Money: A User’s Guide – Laura Whateley
The money topic is uncomfortable for most of us. But how are we supposed to know how to deal with money if no-one talks about it? How are we meant to know how taxes work? How do you find out about the procedure of buying a house or simply how to save after you have graduated? “I assumed everybody else already had it nailed. Turns out that most did not…” writes Laura Whateley. Whether you are a business school student looking for easy explanations to your future clients, or just a person willing to sort your finances out this is the book for you.
“I assumed everybody else already had it nailed. Turns out that most did not…”Money: A User’s Guide – Laura Whateley
In the first part, you will find detailed information with examples about student loan repayments, mortgages for your future house, debts, type of credit cards, budgeting, pensions, taxes, bills and insurances – everything that most probably scares your inner teenager to death. No complicated newspaper terms, abbreviations you may see on the adverts explained, advice given based on your situation and preferences. Could it be better?
Part two focuses on the topic that is even more frightening to many of us – how to deal with money when you are in a relationship? It can be very hard to sit down and talk about splitting the expenses with your loved ones. Once you live together you have the groceries to buy, official documents to sign and share more that you have shared in the student house with your friends.
But Whateley never fails to remind you that most of us feel insecure, under pressure and it is crucial to realise you are not alone. The final chapters are devoted to money and our mental health (something so seldom spoken about!). With the growing exposure on social media, many can drown in depression when comparing oneself to everyone else. We have to stop ourselves from caring about financial wealth too much. If no-one dares to talk about it out loud, this book does!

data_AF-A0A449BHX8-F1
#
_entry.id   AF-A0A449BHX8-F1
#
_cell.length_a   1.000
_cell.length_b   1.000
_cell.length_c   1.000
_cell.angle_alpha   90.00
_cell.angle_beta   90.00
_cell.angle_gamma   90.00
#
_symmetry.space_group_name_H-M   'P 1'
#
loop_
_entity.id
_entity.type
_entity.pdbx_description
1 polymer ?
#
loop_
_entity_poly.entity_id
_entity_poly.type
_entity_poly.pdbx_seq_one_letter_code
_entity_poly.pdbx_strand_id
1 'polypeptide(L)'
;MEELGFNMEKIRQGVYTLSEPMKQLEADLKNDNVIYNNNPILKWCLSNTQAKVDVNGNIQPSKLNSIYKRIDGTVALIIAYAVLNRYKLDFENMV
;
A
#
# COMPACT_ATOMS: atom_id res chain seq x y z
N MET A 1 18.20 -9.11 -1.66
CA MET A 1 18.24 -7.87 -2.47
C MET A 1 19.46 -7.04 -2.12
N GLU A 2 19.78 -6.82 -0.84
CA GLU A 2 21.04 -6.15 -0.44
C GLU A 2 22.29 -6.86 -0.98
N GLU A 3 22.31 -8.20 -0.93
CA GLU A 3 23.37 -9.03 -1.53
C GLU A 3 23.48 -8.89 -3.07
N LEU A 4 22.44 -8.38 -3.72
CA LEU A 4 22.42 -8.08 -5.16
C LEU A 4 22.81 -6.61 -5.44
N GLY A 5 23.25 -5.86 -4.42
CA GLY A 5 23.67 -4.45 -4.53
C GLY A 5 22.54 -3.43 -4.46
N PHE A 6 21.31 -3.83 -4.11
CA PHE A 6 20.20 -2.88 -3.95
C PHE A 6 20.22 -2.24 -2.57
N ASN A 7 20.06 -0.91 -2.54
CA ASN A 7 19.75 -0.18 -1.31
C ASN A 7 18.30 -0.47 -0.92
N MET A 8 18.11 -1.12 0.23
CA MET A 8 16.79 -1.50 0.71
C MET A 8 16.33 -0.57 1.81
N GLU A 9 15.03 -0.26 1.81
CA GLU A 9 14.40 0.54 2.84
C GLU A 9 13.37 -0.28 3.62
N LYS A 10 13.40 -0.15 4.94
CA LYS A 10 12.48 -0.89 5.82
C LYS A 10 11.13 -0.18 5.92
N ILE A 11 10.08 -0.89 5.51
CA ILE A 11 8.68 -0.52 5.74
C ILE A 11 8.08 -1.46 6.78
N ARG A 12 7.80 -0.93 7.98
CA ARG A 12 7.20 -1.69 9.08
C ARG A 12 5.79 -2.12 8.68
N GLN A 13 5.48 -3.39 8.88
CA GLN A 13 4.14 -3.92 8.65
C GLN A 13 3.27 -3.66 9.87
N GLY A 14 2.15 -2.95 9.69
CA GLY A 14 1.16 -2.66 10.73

Shoe Dog – Phil Knight
The founder of the worldwide-known company Nike has put his soul into both – his enterprise and this memoir. If you are curious on how to make a start-up successful, it will teach you that the trust of the customers will save you even if you fail. If you have innovative ideas, but you think nobody needs them, you will learn that it is always worth trying to offer to use them and insist they are great. And finally, if you are an owner of the “crazy idea” it may well encourage you to start a journey.
We look at companies like Nike and forget that firms are not born being world corporations. Phil Knight tells his story from the very beginning. He reminisces of the times he was a young, lost graduate with no career plans, just one “crazy idea”. He was unsure, afraid and hated negotiations. He did not have a decent moral support, forget a budget to start a company. Nevertheless, he tried. Year by year Phil was facing many problems with finance, quality, production, people and remained loyal to his newborn company.
Many think business and private life are separate, but not in Knight’s case. In his story, life and work are one entity and he generously gives the reader the opportunity to relive these incredible years of just-doing with his friends, family and Nike. It is an honest story that touches deep in your soul and leaves a great footprint that comes to light every time you see a pair of nikes. Just do it!
Photo Credit: The Value Engineers.